When viewed in this broader context, Time's publication of Klein's FISA article, its failure to correct it, and its ongoing promotion of Klein, all make perfect sense. As Eric Alterman put it, Time has "morphed into a kind of glossy sibling to the Wall Street Journal" whose columnists "distort the public discourse in a Limbaugh-like direction." By and large, Time -- regardless of the reasons (i.e., whether economic or ideological) -- increasingly appears to be not in the business of reporting news but of promoting a specific political agenda that is as fact-free as it is easily identifiable:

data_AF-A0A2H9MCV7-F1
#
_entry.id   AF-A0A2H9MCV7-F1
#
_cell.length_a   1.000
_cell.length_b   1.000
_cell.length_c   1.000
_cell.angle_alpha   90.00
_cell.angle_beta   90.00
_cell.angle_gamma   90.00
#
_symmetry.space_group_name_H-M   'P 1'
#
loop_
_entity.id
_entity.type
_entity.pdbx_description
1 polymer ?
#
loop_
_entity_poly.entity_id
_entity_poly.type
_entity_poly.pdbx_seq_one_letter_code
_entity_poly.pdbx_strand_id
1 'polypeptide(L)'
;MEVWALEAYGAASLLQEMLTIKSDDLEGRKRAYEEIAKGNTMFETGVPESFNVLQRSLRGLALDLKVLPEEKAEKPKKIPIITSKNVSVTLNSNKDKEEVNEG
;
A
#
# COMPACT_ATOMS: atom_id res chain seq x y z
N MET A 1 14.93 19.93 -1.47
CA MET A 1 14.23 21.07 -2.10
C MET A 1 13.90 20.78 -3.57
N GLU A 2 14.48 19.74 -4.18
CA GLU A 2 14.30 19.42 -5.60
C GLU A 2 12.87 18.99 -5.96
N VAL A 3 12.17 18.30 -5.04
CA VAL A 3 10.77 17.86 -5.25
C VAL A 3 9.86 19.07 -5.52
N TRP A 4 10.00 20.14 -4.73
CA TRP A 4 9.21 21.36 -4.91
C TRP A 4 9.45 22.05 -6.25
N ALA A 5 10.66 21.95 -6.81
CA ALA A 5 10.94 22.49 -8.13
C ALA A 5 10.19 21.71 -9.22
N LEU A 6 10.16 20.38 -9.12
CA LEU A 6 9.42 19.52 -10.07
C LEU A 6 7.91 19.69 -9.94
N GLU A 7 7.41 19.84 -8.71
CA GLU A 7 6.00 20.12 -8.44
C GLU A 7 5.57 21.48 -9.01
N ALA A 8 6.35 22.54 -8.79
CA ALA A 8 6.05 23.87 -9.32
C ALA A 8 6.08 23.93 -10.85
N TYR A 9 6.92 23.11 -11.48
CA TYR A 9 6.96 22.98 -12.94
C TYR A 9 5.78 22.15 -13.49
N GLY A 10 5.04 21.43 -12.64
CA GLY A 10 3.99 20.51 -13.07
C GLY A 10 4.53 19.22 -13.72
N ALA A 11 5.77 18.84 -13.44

UPDATE: The Center for Citizen Media -- jointly affiliated with the University of California, Berkeley's Graduate School of Journalism and the Berkman Center for Internet & Society at Harvard University Law School -- has picked up on the Klein/Time story, labeling Klein's behavior "Shameful 'Journalism'," and contending that the "flagrantly inaccurate and misguided Time magazine column by Joe Klein" is "[o]ne of the most amazing episodes in modern American journalism." They concluded: Klein's "work in this case may become Exhibit A for what's wrong with the craft today."
http://www.salon.com/opinion/greenwald/ ... index.html